The scary thing is that almost 40 % of adults are estimated to lack B12 in their diet. B12 is found in animal products, which is why many vegans are in B12 deficiency, but this doesn’t mean that people need animal products to prevent the B12 deficiency. B12 can be taken as a supplement, which will make the problem go away.

Another vital vitamin that can cause brain fog is vitamin D. More than 1 billion people worldwide don’t have enough vitamin D in their diet. Alongside B12 and vitamin D is omega-3, which because of its fatty acids helps the brain function and concentrate. Luckily, both vitamin D and omega-3 can be taken as supplements.

Then there’s of course also the obvious unhealthy foods like sugar. Refined carbohydrates like sugar will send your blood sugar levels up, and then send you right back down. This will lead to brain fog, because your brain uses glucose as its main source of fuel and once you start playing around with your brain — it gets confused.

Besides being hit by brain fog, you’ll also experience tiredness, mood swings and mental confusion. So, if you want to have clear mind, then stay away from sugar.

Sometimes the same type of diet can be right for some and wrong for others. If you’re experiencing brain fog it’s a good idea to seek out your doctor or a nutritionist. They can take some tests and help you figure out which type of diet works best for your health, or find out if you’re lacking something specific in your diet.

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3. Allergies

If you have food allergies, or are simply a bit sensitive to specific foods, then eating those foods can lead to brain fog. Look out for dairy, peanuts and aspartame that are known to have a bad effect on the brain.

Most people get their calories from corn, soy and wheat — and big surprise — these foods are some of the most common foods people are allergic to. If you’re in doubt, then you can look up food allergies[1] and find some of the most common symptoms.

If you’re unsure about being allergic or sensitive, then you can start out by cutting out a specific food from your diet for a week or two. If the brain fog disappears, then you’re most likely allergic or sensitive to this food. The symptoms will usually go away after a week or two once you remove the trigger food from the diet.

If you still unsure, then you should seek out the help of your doctor.

4. Lack of sleep

All of us know we need sleep to function, but it’s different for everybody how much sleep they need. A few people can actually function on as little as 3-4 hours of sleep every night, but these people are very, very rare.

Most people need 8 to 9 hours of sleep. If you don’t get the sleep you need, then this will interfere with your brain and you may experience brain fog.

Instead of skipping a few hours of sleep to get ahead of things you need to do, you’ll end up taking away productive hours from your day, because you won’t be able to concentrate and your thoughts will be cloudy.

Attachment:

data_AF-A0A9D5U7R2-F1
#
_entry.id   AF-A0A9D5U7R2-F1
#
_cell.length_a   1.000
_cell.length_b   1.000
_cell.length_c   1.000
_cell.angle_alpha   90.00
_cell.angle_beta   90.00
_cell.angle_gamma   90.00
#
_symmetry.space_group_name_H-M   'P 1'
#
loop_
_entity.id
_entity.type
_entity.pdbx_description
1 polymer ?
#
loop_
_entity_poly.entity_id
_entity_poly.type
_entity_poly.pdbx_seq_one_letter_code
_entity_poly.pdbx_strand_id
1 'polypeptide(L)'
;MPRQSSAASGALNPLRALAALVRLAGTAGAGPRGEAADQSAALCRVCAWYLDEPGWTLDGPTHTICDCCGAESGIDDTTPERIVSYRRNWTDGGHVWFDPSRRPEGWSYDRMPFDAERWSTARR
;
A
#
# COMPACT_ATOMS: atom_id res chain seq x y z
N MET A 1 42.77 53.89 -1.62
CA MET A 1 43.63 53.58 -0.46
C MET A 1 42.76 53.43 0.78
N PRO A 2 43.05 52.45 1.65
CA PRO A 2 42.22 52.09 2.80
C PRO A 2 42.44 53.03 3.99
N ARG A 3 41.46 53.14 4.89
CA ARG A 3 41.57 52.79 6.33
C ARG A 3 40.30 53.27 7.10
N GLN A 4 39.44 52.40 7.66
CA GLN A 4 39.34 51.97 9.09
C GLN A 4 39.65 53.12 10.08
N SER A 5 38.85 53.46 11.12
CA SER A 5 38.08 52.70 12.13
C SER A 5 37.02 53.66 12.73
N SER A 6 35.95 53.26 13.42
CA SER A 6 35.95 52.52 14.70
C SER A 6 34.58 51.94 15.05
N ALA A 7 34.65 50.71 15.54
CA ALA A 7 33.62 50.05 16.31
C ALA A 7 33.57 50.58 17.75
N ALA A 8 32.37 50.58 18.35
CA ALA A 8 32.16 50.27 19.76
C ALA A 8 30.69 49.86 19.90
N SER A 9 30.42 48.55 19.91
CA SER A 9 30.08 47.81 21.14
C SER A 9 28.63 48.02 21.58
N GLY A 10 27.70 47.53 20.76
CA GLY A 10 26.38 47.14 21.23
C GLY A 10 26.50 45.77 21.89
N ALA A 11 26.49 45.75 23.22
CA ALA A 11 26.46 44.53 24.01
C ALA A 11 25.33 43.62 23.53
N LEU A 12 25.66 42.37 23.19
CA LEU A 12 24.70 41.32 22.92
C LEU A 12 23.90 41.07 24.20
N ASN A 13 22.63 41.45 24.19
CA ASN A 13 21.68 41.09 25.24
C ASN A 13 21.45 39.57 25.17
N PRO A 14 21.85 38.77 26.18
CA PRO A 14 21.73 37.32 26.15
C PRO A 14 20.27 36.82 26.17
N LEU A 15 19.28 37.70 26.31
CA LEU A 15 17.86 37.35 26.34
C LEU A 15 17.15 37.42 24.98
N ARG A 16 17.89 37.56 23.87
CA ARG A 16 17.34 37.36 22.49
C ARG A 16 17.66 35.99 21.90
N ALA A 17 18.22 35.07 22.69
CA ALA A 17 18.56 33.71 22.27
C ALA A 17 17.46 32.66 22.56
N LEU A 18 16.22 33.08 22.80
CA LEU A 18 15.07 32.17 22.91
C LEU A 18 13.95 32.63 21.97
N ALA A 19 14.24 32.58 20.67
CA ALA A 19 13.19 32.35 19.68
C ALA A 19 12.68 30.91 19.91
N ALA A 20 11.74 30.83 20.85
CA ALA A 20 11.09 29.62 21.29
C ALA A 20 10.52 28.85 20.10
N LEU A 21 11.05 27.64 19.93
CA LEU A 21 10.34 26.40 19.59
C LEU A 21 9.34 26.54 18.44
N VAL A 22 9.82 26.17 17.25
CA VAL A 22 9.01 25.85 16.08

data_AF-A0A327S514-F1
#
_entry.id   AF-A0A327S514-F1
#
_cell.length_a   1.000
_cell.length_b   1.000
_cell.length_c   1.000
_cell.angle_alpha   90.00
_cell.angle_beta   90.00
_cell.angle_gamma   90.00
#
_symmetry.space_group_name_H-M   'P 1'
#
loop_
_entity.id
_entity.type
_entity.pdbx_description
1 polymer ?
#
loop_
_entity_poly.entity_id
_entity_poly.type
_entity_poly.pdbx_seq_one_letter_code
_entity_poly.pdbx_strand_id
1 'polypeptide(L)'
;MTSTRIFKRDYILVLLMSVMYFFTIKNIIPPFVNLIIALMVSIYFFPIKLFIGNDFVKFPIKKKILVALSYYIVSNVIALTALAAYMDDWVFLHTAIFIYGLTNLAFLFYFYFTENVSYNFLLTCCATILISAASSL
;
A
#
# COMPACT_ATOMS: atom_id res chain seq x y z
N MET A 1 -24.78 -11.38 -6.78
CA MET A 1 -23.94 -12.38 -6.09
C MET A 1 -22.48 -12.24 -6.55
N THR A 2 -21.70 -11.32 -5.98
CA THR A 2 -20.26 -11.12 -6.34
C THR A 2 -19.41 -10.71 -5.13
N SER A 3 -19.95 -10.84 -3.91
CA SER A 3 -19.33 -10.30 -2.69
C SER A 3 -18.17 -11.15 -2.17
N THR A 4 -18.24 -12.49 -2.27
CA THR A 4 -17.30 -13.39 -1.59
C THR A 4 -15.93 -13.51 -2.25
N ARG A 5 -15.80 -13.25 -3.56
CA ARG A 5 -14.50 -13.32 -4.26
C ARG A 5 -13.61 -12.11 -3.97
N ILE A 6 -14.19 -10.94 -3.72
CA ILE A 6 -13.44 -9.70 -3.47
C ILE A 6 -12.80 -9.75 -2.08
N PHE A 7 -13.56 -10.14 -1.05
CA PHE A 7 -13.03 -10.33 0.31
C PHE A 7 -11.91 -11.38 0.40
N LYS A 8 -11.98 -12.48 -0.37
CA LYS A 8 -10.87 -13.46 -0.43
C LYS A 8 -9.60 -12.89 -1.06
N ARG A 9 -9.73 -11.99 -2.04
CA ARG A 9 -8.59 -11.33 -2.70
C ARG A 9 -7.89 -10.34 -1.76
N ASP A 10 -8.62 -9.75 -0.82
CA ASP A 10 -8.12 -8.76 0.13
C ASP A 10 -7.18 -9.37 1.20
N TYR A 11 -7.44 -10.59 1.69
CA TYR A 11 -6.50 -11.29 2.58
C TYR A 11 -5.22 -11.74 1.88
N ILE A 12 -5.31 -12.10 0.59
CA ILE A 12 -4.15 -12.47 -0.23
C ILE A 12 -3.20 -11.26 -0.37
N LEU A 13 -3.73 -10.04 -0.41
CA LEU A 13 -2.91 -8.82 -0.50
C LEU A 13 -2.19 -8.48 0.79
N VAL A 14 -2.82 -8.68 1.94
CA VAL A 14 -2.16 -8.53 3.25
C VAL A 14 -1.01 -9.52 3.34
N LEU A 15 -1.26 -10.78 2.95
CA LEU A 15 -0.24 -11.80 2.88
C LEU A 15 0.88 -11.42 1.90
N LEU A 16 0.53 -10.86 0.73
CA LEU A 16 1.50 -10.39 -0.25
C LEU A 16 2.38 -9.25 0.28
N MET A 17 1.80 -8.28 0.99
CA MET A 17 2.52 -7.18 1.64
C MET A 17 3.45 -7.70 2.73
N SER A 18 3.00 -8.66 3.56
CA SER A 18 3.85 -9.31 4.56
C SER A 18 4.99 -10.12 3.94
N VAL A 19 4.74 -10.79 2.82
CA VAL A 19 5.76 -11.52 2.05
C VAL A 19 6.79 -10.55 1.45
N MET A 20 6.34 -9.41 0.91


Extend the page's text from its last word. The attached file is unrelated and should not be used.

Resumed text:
Many people have trouble sleeping but you can help improve your sleep by a following a few simple steps.

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There is the 4-7-8 Breathing Exercise, which is a technique that regulates your breath and helps you fall asleep faster. Another well-known technique is to avoid bright lights before you go to sleep.

A lot of us are guilty of falling asleep with the TV on or with our phone right by us, but the blue lights from these screens suppresses the production of melatonin in our bodies, which actually makes us stay awake longer instead. If you’re having trouble going to sleep without doing something before you close your eyes, then try taking up reading instead.

If you want to feel more energized throughout the day, start doing this.

5. Hormonal changes

Brain fog can be triggered by hormonal changes. Whenever your levels of progesterone and estrogen increases, you may experience short-term cognitive impairment and your memory can get bad.

If you’re pregnant or going through menopause, then you shouldn’t worry too much if your mind suddenly starts to get a bit cloudy. Focus on keeping a good diet, getting enough of sleep and the brain fog should pass once you’re back to normal.

6. Medication

If you’re on some medication, then it’s very normal to start experiencing some brain fog.

You may start to forget things that you used to be able to remember, or you get easily confused. Maybe you can’t concentrate the same way that you used to. All of these things can be very scary, but you shouldn’t worry too much about it.

Brain fog is a very normal side effect of drugs, but by lowering your dosage or switching over to another drug; the side effect can’t often be improved and maybe even completely removed.

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7. Medical condition

Brain fog can often be a symptom of a medical condition. Medical conditions that include inflammation, fatigue, changes in blood glucose level are known to cause brain fog.

Conditions like chronic fatigue syndrome, fibromyalgia, anemia, depression, diabetes, migraines, hypothyroidism, Sjögren syndrome, Alzheimer’s disease, Lupus and dehydration can all cause brain fog.[2]

The bottom line

If you haven’t been diagnosed, then never start browsing around Google for the conditions and the symptoms. Once you start looking for it; it’s very easy to (wrongfully) self-diagnose.

Take a step back, put away the laptop and relax. If you’re worried about being sick, then always check in with your doctor and take it from there.

Remember, the list of things that can cause brain fog is long and it can be something as simple as the wrong diet or not enough sleep.

Featured photo credit: Asdrubal luna via unsplash.com

Reference

[1]Food Allergy: Common Allergens
[2]HealthLine: 6 Possible Causes of Brain Fog